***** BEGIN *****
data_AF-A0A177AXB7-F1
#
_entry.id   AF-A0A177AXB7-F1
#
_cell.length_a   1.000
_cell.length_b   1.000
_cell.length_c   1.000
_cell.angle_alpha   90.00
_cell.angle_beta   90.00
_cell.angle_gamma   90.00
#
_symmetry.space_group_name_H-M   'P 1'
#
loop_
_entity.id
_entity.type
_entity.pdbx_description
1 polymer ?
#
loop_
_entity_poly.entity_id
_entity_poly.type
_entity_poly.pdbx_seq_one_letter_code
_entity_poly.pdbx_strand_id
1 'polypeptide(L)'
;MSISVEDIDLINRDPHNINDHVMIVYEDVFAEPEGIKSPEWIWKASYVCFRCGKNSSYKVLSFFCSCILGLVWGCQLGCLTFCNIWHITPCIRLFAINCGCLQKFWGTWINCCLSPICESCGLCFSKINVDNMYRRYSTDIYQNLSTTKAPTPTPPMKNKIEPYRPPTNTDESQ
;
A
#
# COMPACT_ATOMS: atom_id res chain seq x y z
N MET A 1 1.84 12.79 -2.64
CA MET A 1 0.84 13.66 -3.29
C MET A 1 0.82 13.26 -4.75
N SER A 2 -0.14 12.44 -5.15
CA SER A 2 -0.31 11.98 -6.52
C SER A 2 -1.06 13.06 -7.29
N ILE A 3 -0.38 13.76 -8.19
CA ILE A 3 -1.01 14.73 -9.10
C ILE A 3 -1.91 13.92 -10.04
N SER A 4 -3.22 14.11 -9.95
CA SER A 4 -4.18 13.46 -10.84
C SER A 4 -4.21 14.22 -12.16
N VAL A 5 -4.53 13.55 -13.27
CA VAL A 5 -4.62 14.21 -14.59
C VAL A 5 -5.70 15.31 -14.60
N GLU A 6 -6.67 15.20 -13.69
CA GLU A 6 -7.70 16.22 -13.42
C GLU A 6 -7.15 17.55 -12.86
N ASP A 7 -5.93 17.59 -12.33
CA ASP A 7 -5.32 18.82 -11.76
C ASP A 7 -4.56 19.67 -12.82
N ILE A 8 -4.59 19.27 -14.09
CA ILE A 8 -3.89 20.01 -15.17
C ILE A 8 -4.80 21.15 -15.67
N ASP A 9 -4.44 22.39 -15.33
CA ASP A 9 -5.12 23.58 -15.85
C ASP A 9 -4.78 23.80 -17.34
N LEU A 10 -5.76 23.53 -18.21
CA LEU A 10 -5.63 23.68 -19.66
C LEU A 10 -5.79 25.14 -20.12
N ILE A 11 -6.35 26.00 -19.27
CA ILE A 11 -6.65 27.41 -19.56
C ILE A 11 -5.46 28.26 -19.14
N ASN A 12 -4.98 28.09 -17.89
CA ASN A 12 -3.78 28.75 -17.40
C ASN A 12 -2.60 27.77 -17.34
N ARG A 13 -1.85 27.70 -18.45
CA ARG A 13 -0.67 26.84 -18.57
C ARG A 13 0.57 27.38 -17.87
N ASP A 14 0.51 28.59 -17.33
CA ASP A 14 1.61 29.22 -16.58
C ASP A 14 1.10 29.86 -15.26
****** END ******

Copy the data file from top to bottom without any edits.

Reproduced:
data_AF-A0A177AXB7-F1
#
_entry.id   AF-A0A177AXB7-F1
#
_cell.length_a   1.000
_cell.length_b   1.000
_cell.length_c   1.000
_cell.angle_alpha   90.00
_cell.angle_beta   90.00
_cell.angle_gamma   90.00
#
_symmetry.space_group_name_H-M   'P 1'
#
loop_
_entity.id
_entity.type
_entity.pdbx_description
1 polymer ?
#
loop_
_entity_poly.entity_id
_entity_poly.type
_entity_poly.pdbx_seq_one_letter_code
_entity_poly.pdbx_strand_id
1 'polypeptide(L)'
;MSISVEDIDLINRDPHNINDHVMIVYEDVFAEPEGIKSPEWIWKASYVCFRCGKNSSYKVLSFFCSCILGLVWGCQLGCLTFCNIWHITPCIRLFAINCGCLQKFWGTWINCCLSPICESCGLCFSKINVDNMYRRYSTDIYQNLSTTKAPTPTPPMKNKIEPYRPPTNTDESQ
;
A
#
# COMPACT_ATOMS: atom_id res chain seq x y z
N MET A 1 1.84 12.79 -2.64
CA MET A 1 0.84 13.66 -3.29
C MET A 1 0.82 13.26 -4.75
N SER A 2 -0.14 12.44 -5.15
CA SER A 2 -0.31 11.98 -6.52
C SER A 2 -1.06 13.06 -7.29
N ILE A 3 -0.38 13.76 -8.19
CA ILE A 3 -1.01 14.73 -9.10
C ILE A 3 -1.91 13.92 -10.04
N SER A 4 -3.22 14.11 -9.95
CA SER A 4 -4.18 13.46 -10.84
C SER A 4 -4.21 14.22 -12.16
N VAL A 5 -4.53 13.55 -13.27
CA VAL A 5 -4.62 14.21 -14.59
C VAL A 5 -5.70 15.31 -14.60
N GLU A 6 -6.67 15.20 -13.69
CA GLU A 6 -7.70 16.22 -13.42
C GLU A 6 -7.15 17.55 -12.86
N ASP A 7 -5.93 17.59 -12.33
CA ASP A 7 -5.32 18.82 -11.76
C ASP A 7 -4.56 19.67 -12.82
N ILE A 8 -4.59 19.27 -14.09
CA ILE A 8 -3.89 20.01 -15.17
C ILE A 8 -4.80 21.15 -15.67
N ASP A 9 -4.44 22.39 -15.33
CA ASP A 9 -5.12 23.58 -15.85
C ASP A 9 -4.78 23.80 -17.34
N LEU A 10 -5.76 23.53 -18.21
CA LEU A 10 -5.63 23.68 -19.66
C LEU A 10 -5.79 25.14 -20.12
N ILE A 11 -6.35 26.00 -19.27
CA ILE A 11 -6.65 27.41 -19.56
C ILE A 11 -5.46 28.26 -19.14
N ASN A 12 -4.98 28.09 -17.89
CA ASN A 12 -3.78 28.75 -17.40
C ASN A 12 -2.60 27.77 -17.34
N ARG A 13 -1.85 27.70 -18.45
CA ARG A 13 -0.67 26.84 -18.57
C ARG A 13 0.57 27.38 -17.87
N ASP A 14 0.51 28.59 -17.33
CA ASP A 14 1.61 29.22 -16.58
C ASP A 14 1.10 29.86 -15.26